• phemale60
    , contributor
    Comments (2842) | Send Message
     
    Machiavelli:
    "This administration never disappoints in finding new ways to awe me in their stupidity. They could single handedly bring down globalization and world trade with their enforcement of this stupid law."

     

    Overblown as usual. Like I said, there are those who will lambaste the administration no matter what they do, so they may as well stand by and support the law. It is action much easier to defend!
    27 Apr 2012, 10:09 PM Reply Like
  • Machiavelli999
    , contributor
    Comments (829) | Send Message
     
    I am not even sure what you are trying to say here phemale60? Let me explain to you real quick what happens here. US companies try to setup shop in foreign countries. Once it is clear that they will do so, the local officials try to harass them until they get paid off with bribes. It is terrible and unfair. Unfortunately, the US companies have no other choice but to pay off the bribes. Still, this is fine, because the profits they make still make the enterprise worth while.

     

    BUT then they find out that the US Government will prosecute them for paying off the bribes they have been forced to pay. Unreal is the best word to describe this.
    28 Apr 2012, 03:55 AM Reply Like
  • phemale60
    , contributor
    Comments (2842) | Send Message
     
    I dislike partisan speculating on how the administration will act, not what they've done. This administration knows how other countries operate and so far only "investigating" --- and I am sure don't want to "bring down globalization and world trade" Maybe we can use some muscle (bribery) to convince some of these companies to bring jobs back to the U.S.!! Since speculation is the order of the day, I hope that is their aim!
    29 Apr 2012, 12:21 PM Reply Like
  • Machiavelli999
    , contributor
    Comments (829) | Send Message
     
    phemale60,

     

    I am sure that they don't intend to bring down globalization and world trade. They don't intend to do anything. I do not believe that they are malicious. They just do not think about the consequences of their actions.

     

    They also have a very naive and idealogical view of things. What I think that they think about this, is that by enforcing this law, it will force companies to refuse to pay these bribes and they hope that this will mean at the corrupt local officials in the 3rd world countries will stop demanding these bribes. I doubt that this is what will happen. Most likely, the US companies will just be kicked out more and more from the developing countries.
    29 Apr 2012, 03:05 PM Reply Like
  • phemale60
    , contributor
    Comments (2842) | Send Message
     
    We have to do something as the bribery has already been exposed in these countries. If these investigations actually result in anything truly negative I will be surprised. I know Las Vegas Sands is going nowhere, as well as Walmart, Deere, etc. These companies provide too many jobs in these countries for them to throw them out. To do nothing would make the U.S.A. look bought and sold by corporations--- oh my, we are. ;-)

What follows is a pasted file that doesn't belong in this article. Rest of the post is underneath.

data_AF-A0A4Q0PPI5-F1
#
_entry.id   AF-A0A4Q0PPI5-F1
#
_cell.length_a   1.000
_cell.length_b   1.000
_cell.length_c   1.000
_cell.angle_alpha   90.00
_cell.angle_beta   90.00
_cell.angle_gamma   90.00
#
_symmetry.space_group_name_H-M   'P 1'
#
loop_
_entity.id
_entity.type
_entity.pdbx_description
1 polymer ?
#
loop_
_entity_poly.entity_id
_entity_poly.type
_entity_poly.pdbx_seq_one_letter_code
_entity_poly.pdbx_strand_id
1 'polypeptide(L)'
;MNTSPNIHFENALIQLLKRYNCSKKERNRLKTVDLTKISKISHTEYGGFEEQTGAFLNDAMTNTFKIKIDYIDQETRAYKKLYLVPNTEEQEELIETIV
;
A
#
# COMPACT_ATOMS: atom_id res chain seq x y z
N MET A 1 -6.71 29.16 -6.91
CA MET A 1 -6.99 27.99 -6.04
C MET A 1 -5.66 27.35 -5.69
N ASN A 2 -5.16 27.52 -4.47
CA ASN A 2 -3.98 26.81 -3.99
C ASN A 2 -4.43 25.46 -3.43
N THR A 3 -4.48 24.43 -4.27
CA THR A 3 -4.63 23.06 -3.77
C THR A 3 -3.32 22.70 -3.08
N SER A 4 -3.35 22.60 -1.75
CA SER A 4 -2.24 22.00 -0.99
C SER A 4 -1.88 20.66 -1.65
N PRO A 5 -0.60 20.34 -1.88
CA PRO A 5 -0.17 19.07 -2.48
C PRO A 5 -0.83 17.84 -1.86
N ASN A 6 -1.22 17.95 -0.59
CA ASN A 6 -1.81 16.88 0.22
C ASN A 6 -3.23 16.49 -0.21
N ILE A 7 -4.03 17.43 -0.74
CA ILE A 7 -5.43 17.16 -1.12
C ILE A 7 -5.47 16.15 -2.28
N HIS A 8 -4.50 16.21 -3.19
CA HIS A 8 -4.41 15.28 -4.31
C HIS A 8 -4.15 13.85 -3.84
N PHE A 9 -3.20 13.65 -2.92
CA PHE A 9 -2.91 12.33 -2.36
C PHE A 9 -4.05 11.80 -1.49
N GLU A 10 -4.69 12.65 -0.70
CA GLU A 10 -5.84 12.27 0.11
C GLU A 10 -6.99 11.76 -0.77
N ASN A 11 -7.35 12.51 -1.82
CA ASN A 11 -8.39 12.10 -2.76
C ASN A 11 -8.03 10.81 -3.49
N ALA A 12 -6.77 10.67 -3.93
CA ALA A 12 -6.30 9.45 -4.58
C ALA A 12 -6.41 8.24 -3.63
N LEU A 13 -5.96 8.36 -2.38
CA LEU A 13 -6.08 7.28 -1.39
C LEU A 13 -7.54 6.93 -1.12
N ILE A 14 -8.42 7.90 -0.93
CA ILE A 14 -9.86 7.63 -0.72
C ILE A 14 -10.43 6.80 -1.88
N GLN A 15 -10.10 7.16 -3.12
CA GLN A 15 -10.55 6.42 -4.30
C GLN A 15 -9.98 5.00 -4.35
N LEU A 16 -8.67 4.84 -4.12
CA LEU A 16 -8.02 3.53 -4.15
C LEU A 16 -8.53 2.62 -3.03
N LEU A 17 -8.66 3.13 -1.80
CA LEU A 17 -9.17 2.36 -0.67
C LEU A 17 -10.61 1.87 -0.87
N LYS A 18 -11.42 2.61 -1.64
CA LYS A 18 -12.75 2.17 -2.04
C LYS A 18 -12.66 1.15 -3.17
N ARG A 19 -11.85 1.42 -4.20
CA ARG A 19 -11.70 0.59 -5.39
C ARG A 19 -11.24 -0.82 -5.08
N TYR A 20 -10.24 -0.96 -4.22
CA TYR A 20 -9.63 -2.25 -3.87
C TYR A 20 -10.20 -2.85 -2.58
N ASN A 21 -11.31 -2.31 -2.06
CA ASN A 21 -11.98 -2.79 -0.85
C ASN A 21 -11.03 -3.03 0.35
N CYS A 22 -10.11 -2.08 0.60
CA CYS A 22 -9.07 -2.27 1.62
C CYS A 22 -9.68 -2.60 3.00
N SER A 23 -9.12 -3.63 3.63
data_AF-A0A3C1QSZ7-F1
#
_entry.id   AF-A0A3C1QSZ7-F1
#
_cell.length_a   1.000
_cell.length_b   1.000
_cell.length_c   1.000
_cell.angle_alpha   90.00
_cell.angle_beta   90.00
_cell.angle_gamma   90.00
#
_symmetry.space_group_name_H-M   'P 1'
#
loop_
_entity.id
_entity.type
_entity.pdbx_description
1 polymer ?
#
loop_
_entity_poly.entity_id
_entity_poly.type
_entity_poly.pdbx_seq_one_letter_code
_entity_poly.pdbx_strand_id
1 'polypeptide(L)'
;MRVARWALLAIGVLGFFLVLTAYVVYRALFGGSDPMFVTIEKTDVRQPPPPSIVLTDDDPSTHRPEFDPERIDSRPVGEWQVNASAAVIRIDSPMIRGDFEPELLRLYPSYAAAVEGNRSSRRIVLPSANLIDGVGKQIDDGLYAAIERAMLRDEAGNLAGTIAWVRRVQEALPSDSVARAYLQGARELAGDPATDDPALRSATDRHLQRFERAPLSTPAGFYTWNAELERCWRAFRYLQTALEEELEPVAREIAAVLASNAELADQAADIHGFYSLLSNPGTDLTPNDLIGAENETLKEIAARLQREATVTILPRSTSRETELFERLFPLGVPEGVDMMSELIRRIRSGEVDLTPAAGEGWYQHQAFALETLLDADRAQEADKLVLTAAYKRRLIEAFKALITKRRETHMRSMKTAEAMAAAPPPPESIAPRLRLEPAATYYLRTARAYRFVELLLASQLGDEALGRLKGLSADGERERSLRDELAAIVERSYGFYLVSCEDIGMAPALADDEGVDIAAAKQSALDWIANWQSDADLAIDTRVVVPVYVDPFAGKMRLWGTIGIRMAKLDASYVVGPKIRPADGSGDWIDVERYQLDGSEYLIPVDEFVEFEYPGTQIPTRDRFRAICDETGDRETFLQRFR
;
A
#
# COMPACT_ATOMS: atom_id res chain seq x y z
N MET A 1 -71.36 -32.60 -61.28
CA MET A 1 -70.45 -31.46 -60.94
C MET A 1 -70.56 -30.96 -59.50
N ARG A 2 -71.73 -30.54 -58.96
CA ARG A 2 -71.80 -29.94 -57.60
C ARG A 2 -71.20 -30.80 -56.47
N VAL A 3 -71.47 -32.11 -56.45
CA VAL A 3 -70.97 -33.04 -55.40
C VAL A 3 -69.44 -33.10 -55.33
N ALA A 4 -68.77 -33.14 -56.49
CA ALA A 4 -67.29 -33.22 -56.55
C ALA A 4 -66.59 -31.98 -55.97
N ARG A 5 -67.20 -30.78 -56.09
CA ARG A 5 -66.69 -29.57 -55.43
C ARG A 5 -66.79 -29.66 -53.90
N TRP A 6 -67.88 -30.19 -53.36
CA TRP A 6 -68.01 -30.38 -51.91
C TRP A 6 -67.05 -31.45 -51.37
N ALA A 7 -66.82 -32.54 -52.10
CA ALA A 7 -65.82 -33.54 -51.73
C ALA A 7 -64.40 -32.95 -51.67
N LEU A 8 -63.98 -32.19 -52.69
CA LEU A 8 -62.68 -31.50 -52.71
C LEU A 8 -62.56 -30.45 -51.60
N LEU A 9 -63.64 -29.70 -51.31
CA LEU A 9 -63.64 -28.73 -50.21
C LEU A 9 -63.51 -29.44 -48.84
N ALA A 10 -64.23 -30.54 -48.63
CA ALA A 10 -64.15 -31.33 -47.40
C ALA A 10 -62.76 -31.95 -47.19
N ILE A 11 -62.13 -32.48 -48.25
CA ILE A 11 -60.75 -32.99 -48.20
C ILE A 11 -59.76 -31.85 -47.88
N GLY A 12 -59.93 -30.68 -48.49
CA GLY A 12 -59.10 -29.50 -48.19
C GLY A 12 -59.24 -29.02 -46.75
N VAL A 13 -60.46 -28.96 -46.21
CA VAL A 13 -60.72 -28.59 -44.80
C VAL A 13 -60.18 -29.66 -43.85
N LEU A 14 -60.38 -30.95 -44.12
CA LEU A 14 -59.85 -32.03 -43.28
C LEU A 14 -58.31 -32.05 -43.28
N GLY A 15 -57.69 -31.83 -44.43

Perhaps we should change our policies to allow greasing palms to be totally legal instead of pretending we're better than that while expected to look the other way.
    5 May 2012, 01:43 PM Reply Like
  • TFCAB
    , contributor
    Comments (1986) | Send Message
     
    investigating bribery abroad while our debt is 100% of GDP and heading higher. What a joke.................n... better to do with their time i guess.
    1 May 2012, 03:54 PM Reply Like
  • jhpmurphyvn
    , contributor
    Comments (3) | Send Message
     
    I live and work in a country in which bribery occurs at every level of society. Bribery and (what we see as) corruption is culturally embedded and will never be eliminated. Period. In my adopted country few people are paid a salary that adequately compensates them. Therefore the need to supplement their salary prevails. It is sheer naivete to expect a high-level government official to be satisfied with the equivalent of a $600/month income.

     

    I personally believe that Western nation's laws that prohibit bribery are naive and unhelpful. And worst of all, these laws interfere with the forces that would bring about ending corruption. Economies in which corruption prevails are invariably less efficient.

     

    Bribery adds a significant margin to the cost of doing business, and this cost is difficult to quantify. This cost drives up the price for goods and services, and ultimately will diminish demand for products originating in the offending nation. For emerging economies, corruption is particularly devastating, as it siphons money from vital infrastructure developments. National highways and roadways are planned and constructed, but are often technically obsolete before they are finished as standards are reduced (New roadways/bridges in my adopted country have incredibly narrow lanes, and do not accomodate pedestrians or bicycles.)

     

    Ultimately, nations in which bribery is common place will be vanquished in the international market place for goods and services. Necessity, not Western nation scolding, will force the political leadership of these nations to bring eliminate corruption, or suffer the indignity of being removed by angry citizens.
    8 Jun 2012, 02:59 AM Reply Like